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2008 Olympic Games - Beijing - Men's Marathon Preview
by Sharon Ekstrom
August 24, 2008 marks the highly anticipated Men's Marathon at the Beijing Olympics. Whether the significance of the 2008 race is linked to a roster of talented newcomers ready to challenge veterans in the distance or the epic showdown between longtime rivals Kenya and Ethiopia, the event promises plenty of excitement. Twelve men with sub 2:08 finishes will lead the field, many of those same contenders had tested themselves earlier this spring at the London Marathon where the top three men - Martin Lel (KEN), Samuel Wanjiru (KEN), Abderrahim Goumri (MAR) - smashed the course record with 2:05 finishes.
photo: Adrian Dennis/AFP
In a sport that is currently dominated by runners of African descent, Kenya comes into the Games with their strongest men's marathon team ever - the trio of three-time London Marathon winner Lel, Half Marathon World Record Holder Wanjiru and World Champion Luke Kibet is sure to dominate the field. [With a week until the race, four-time Boston Marathon winner Robert Kipkoech Cheruiyot formally withdrew from the marathon citing complications from a thigh injury. Alternate Kibet is enroute to Beijing.] The U.S. team led by Ryan Hall, one of the only non-African runners on the top 20 fastest in the world with a 2:06:17 from the 2008 London Marathon, is joined by Dathan Ritzenhein and Brian Sell, who if in top form will both be ready to take on the lead pack. Do not underestimate the Moroccan and Eritrean teams. Morocco's Jaouad Gharib and Goumri have come close to toppling these top Kenyans before, but didn't have enough to outkick them in the final 400 meters of those particular races. Eritreans Yonas Kifle and Yared Asmeron who are newer to the marathon distance are coming off great seasons. Defending Champion of the 2004 Athens Olympics, Stefano Baldini (ITA), the only top ten finisher from the Athens Games on the Beijing roster, rounds out the field. Baldini, who has been advised to take three days of rest due to a thigh injury, is hungry to double and welcomes the tough hot and humid conditions on which he thrived when he won gold.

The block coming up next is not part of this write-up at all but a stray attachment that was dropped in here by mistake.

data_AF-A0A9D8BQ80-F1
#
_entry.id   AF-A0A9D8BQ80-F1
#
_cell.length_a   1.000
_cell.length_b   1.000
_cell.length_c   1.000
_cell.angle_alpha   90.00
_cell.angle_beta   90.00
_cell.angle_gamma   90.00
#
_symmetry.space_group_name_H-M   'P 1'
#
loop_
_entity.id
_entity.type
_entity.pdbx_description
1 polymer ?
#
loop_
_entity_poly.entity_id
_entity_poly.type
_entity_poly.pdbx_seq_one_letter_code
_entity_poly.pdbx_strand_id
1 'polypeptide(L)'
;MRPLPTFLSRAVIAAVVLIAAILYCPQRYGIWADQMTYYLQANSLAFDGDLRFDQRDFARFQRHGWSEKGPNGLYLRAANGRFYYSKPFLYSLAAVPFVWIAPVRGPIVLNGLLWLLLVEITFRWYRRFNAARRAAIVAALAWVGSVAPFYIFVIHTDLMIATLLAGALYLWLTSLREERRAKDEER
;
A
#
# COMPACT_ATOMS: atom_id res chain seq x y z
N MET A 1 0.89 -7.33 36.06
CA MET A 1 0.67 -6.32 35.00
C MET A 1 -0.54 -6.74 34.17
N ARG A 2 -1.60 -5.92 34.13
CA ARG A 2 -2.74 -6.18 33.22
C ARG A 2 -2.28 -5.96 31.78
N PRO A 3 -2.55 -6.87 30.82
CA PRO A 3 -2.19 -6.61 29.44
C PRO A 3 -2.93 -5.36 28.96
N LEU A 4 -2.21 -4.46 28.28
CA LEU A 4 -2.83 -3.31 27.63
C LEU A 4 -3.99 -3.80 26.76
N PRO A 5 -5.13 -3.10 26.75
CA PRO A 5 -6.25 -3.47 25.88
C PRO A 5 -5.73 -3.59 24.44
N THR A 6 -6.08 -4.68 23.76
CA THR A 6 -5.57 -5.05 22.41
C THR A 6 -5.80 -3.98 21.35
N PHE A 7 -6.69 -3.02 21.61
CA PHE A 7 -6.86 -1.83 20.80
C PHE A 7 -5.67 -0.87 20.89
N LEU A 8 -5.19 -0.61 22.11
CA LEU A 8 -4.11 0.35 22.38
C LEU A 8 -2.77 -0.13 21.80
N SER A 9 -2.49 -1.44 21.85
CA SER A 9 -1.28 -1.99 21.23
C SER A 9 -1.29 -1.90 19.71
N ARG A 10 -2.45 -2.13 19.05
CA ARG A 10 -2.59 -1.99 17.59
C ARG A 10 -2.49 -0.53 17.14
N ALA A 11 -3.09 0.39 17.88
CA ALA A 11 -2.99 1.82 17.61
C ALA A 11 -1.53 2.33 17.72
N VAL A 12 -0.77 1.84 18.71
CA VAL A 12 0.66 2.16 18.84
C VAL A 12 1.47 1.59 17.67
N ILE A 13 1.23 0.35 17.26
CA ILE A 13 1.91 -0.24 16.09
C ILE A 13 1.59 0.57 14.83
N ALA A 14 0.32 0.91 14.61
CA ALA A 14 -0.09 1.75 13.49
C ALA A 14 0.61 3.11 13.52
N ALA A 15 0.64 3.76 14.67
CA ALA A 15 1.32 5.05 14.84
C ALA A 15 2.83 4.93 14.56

Other top contenders to watch are Viktor Röthlin (SUI), Tsuyoshi Ogata (JPN), Atsushi Sato (JPN), Satoshi Osaki (JPN), Deribe Merga (ETH), Tsegaye Kebede (ETH) and Mubarak Hassan Shami (QAT).
Who's Here, Who's Not
Marathon World Record Holder Haile Gebrselassie (ETH) who started a media frenzy by stating Beijing's air pollution would ruin his long term health opted out of the marathon distance at the 2008 Beijing Games. Now, fresh off a sixth place finish in the 10,000 meters at the Beijing Games, Gebrselassie made a statement regretting his original decision to sit out of the marathon. Silver medalist from the Athens Games, Meb Keflezighi (USA) whose medal brought hope back to American distance running, along with Alan Culpepper (USA) and Dan Browne (USA) failed to qualify for the U.S men's team at the 2008 U.S. Olympic Trials in New York City. Bronze medalist from the Athens Games, Vanderlei de Lima (BRA), whose Olympic experience was hindered by a crazed spectator who grabbed him from the course while he was on track for a gold medal, withdrew from the 2008 Olympics due to an ongoing injury. Former British national Jon Brown who changed his citizenship to Canadian due to his marriage to a Canadian national was not able to qualify for these games. Canada has no entrants in the men's and women's marathon - which angered many nationals who believed the Canadian Team qualifications were stricter than the Olympic qualification. Kenyan Paul Tergat whose job with the military impeded his training for the 2008 London Marathon, thereby causing him to forfeit selection; but his absence makes room for the new generation of Kenyans two of whom he trains with. Four-time winner of the Boston Marathon Robert Kipkoech Cheruiyot has withdrawn from the men's marathon as a result of aggravating a thigh injury while doing speed work.